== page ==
Home News Local news Meet a New Senator: Carlton Dowe

Meet a New Senator: Carlton Dowe


Jan. 29, 2007 — Sitting behind his desk in early January, just days after getting sworn in, Sen. Carlton Dowe was still setting up his office even though it did not yet have a door or working telephone line.
In the midst of a little bit of chaos, however, Dowe still worked aggressively on his Senate agenda, planning to get involved with some old pet projects and introducing at least three new bills once the 27th Legislature gets up and running.
"Once you get out of the Senate, it's always difficult to get back in," Dowe said. "But I've always dealt with issues that touch people's lives, and I don't think anyone forgot that."
Although Dowe did not receive enough votes to make it into the 26th Legislature, he has been recognized for sponsoring such initiatives as the Supreme Court bill, which was signed into law in late 2004. Other capital projects have not yet come to fruition, stymied by a lack of resources and supervision. They include the creation of the Leonardo "Nardo" Trotman Drive, a road planned to offer residents an alternate route to the Tutu Park Mall and the Alvin McBean ballpark.
During the campaign season, Dowe erected a sign near the Edith Williams Elementary School, promising the roadway will be "coming soon."
"I'm not satisfied on the progress of this project," he said. "And I ran for the Senate again because I seriously believed that I still had a lot of things to accomplish, a lot of things that I needed to make happen. This is definitely one of those things."
Once again Dowe plans to work on a number of reforms that address long-standing issues in the departments of Education, Public Safety and Housing and Parks and Recreation. "One of the bills that I have already drafted will appropriate $1 million annually to the Board of Education so that we can offer full scholarships to anyone that wants to pursue a career in education," he explained. Another section of the bill will give local principals "more flexibility" on a daily basis in running their schools.
Other bills will create a witness-protection program within the Department of Justice; restructure the Department of Housing, Parks and Recreation; and mandate that the territory receive a portion of the revenues the federal government collects from the sale of local gasoline.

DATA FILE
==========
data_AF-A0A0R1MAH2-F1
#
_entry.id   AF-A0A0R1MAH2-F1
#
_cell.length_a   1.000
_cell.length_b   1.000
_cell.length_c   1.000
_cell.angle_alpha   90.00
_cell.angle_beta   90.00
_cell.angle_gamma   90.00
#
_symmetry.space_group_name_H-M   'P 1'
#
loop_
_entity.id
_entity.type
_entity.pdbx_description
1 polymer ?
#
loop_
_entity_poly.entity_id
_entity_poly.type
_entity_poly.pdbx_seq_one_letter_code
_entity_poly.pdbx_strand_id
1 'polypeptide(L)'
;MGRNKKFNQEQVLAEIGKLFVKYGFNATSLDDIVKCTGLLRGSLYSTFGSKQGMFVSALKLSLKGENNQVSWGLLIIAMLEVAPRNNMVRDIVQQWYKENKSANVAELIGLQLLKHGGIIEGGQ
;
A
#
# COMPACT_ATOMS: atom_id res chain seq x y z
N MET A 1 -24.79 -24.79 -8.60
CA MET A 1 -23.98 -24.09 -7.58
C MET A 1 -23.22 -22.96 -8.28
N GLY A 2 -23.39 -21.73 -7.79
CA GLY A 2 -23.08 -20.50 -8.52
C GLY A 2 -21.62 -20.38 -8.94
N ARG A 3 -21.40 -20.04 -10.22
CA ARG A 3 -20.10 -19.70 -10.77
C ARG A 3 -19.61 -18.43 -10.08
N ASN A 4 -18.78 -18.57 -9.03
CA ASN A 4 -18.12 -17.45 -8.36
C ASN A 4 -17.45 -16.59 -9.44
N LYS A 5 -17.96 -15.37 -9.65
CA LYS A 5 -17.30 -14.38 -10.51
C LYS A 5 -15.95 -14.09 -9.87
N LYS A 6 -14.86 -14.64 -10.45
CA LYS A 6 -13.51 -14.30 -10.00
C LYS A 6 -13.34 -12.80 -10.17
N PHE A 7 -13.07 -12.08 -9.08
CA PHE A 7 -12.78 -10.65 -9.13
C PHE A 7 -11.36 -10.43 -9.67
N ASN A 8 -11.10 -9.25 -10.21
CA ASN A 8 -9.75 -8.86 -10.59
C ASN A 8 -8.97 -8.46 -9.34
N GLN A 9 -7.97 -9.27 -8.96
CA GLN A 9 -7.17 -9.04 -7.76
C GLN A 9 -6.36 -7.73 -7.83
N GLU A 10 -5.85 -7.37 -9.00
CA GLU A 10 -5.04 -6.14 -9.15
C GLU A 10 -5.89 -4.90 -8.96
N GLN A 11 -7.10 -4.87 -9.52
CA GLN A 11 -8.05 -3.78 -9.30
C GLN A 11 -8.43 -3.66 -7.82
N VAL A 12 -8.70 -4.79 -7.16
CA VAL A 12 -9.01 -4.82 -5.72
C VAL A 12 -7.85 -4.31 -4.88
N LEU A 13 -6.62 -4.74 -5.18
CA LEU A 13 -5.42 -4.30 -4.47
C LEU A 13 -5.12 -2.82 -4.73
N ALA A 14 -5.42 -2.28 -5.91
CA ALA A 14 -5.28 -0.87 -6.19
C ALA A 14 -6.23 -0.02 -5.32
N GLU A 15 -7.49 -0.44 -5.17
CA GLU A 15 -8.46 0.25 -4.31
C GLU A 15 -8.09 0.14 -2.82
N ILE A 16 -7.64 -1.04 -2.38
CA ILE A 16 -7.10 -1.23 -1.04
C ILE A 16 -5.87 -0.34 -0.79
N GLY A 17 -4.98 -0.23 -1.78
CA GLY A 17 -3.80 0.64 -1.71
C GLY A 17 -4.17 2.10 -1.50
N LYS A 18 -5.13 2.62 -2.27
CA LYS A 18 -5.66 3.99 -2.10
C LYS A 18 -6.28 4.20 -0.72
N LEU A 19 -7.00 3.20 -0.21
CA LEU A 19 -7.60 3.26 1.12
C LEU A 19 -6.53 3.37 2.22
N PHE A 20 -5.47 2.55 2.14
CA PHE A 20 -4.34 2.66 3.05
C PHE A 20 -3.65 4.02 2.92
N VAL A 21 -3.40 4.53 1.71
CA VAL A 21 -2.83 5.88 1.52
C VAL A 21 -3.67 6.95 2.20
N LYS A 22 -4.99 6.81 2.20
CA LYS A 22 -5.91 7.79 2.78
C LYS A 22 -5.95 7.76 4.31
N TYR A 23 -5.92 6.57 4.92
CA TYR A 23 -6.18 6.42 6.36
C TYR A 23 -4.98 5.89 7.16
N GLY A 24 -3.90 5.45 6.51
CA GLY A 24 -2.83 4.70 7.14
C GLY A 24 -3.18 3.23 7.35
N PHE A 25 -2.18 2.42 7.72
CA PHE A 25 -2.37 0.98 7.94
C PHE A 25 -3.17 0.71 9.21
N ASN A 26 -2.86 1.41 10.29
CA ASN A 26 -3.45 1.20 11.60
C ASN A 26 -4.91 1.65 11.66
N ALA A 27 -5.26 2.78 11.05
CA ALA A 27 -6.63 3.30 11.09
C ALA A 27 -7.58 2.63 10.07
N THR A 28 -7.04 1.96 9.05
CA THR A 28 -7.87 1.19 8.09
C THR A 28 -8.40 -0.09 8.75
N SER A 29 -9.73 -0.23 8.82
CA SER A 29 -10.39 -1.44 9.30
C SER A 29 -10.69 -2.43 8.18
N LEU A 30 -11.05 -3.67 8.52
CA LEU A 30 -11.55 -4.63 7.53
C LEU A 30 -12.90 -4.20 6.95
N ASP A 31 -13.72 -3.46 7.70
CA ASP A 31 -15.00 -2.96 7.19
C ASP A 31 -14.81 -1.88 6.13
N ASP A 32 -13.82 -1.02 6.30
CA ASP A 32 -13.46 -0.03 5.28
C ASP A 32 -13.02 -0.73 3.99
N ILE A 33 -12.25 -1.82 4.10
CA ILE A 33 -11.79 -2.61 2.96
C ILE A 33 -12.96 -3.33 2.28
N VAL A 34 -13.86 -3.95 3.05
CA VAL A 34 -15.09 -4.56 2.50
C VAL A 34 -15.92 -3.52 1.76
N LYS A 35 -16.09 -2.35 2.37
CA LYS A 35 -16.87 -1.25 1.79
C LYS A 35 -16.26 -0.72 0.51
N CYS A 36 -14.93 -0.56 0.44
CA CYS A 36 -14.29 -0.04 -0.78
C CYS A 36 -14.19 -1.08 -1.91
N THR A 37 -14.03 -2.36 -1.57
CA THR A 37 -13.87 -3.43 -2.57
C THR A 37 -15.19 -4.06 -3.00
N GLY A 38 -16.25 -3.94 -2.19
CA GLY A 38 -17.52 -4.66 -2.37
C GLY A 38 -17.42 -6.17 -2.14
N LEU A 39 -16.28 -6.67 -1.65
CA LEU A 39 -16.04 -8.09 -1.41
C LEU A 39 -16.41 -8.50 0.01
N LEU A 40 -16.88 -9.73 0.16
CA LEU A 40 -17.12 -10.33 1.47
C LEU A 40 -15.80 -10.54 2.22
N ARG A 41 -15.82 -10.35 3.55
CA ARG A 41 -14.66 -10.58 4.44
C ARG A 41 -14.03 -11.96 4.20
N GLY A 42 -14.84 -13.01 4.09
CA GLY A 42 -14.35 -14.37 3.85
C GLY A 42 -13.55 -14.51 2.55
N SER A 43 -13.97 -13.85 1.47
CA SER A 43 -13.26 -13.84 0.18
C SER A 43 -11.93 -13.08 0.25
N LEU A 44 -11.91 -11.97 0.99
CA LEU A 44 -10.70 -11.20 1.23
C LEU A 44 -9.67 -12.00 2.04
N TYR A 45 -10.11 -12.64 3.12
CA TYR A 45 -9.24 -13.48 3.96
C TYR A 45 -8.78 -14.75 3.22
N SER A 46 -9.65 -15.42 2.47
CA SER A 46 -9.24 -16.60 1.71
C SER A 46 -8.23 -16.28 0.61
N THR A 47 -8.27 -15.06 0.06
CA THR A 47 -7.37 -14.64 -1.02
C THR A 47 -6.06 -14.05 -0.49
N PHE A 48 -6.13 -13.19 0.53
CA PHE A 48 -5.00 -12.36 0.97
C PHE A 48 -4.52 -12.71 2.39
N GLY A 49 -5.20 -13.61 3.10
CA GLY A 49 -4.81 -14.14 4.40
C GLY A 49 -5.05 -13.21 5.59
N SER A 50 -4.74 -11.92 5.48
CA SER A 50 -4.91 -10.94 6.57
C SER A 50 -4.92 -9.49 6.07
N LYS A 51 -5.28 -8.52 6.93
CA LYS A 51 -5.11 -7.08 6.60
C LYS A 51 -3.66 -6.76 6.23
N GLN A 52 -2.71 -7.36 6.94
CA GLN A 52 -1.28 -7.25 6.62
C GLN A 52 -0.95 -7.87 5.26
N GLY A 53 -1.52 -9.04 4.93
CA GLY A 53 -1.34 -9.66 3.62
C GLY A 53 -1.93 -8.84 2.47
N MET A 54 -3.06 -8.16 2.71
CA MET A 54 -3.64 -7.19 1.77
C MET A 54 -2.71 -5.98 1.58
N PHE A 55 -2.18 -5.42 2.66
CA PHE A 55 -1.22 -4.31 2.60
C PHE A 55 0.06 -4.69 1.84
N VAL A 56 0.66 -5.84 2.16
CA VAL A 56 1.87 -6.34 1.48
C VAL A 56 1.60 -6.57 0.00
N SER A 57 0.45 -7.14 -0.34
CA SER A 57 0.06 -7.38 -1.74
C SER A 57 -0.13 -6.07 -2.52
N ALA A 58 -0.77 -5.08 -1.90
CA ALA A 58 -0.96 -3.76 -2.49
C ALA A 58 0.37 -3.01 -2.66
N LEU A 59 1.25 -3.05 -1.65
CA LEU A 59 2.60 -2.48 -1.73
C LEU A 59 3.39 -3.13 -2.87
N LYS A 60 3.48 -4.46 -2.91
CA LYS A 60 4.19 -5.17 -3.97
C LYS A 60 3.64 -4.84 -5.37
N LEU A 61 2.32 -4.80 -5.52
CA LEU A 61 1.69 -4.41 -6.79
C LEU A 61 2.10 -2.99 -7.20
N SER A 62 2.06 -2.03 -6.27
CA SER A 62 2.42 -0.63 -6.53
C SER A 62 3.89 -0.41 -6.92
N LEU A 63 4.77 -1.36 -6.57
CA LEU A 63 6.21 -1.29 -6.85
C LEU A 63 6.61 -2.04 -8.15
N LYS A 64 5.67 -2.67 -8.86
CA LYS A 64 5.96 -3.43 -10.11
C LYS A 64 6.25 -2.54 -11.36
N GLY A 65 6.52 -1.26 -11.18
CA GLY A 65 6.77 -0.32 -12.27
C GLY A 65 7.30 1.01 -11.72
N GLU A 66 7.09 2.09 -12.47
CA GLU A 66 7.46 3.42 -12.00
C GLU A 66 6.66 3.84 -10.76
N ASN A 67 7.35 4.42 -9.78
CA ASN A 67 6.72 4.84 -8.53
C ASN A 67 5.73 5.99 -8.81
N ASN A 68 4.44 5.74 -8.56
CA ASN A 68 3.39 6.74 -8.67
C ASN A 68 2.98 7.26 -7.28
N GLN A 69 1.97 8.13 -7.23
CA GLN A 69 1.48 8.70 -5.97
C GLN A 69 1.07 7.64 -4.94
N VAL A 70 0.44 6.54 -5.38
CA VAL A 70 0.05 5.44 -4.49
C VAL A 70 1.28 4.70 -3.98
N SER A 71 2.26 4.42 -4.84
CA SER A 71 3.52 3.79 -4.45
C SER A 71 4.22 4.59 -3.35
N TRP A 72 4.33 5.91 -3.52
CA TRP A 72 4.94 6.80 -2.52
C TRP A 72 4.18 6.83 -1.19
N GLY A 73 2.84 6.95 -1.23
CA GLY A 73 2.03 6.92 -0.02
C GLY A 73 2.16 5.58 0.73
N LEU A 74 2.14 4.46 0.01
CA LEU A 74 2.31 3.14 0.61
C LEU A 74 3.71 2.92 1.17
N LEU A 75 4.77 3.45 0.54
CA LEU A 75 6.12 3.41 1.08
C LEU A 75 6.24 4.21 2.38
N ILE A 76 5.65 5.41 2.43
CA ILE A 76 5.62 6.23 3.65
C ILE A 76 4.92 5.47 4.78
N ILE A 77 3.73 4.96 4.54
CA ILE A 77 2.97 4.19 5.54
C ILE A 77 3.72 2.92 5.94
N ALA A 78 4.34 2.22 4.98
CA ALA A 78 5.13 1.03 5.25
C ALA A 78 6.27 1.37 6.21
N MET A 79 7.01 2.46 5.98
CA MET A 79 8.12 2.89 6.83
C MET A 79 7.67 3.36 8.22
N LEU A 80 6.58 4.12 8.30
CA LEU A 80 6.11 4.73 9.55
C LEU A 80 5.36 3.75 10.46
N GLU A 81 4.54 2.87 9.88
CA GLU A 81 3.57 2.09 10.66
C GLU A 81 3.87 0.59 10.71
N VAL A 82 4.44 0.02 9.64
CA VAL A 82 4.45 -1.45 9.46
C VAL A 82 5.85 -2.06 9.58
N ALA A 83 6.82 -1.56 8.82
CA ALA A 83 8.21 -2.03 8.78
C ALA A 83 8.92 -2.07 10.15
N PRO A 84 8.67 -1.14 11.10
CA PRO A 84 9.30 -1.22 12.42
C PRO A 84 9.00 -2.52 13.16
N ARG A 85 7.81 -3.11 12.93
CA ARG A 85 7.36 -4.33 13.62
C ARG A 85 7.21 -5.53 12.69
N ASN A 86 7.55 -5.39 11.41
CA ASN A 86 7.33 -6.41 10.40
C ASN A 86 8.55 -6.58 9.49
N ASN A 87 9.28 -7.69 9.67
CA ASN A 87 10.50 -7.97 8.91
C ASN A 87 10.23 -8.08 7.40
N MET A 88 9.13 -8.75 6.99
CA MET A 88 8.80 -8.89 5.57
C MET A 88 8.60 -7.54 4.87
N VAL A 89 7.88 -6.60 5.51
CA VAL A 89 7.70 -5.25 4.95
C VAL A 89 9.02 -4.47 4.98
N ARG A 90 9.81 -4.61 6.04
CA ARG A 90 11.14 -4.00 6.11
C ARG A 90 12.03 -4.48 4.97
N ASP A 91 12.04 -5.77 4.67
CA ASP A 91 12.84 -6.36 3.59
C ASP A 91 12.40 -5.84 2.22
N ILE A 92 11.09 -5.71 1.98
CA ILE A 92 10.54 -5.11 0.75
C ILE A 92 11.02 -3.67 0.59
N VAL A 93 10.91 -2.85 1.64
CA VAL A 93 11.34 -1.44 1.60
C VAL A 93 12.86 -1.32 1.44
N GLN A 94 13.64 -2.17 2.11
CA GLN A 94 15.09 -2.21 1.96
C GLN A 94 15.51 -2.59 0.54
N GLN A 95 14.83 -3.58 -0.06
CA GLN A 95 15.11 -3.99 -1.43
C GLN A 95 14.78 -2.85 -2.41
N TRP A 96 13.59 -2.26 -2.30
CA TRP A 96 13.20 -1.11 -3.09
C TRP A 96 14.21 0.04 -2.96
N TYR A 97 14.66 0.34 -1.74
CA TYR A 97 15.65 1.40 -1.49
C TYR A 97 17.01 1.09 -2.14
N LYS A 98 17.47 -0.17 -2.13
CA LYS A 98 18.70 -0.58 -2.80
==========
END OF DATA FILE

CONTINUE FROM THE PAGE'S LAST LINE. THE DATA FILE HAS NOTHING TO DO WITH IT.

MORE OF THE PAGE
"The Organic Act states that we would receive a rebate on any product produced in the Virgin Islands and exported to the U.S.," Dowe explained. "We get up to 80 million in rum revenues, but, for whatever reason, we don't get a dime coming back on gasoline. I'm not saying that we should get all the money, but we could be using a portion of it to build new schools, new roads and new highways — really investing in our infrastructure."
As the head of the Senate's Rules and Judiciary Committee, Dowe will replace St. Croix Sen. Ronald E. Russell, who assumed the position after the Legislature was reorganized last January. Dowe plans to introduce reforms that place restrictions on exactly who can be nominated to serve on the territory's boards and commissions.
"We can't just send someone to serve on these boards and commissions because he or she might be a friend or political supporter," he said. "These individuals must come with a background; they must bring something relevant to the board on which they sit."
Dowe added that he will also try to end the practice of local commissioners serving on multiple boards: "Honestly, where are they going to find the time to do everything? We can't continue to have these boards laden with commissioners, and once I settle in, I'm really going to have the chance to look at this issue and figure out how to address it. It may require some changing of legislation."
While Dowe's said his days are currently "really hectic," he is still ready to deal with nominees once names are submitted by Gov. John deJongh Jr.
"I chaired the Rules Committee in the 24th Legislature, so one of the good things about this is that I don't have to feel my way around," he said. "Once the governor sends his people down, we're all prepared to act on them and act on them quickly. I don't have time to waste, and I respect the people's money."
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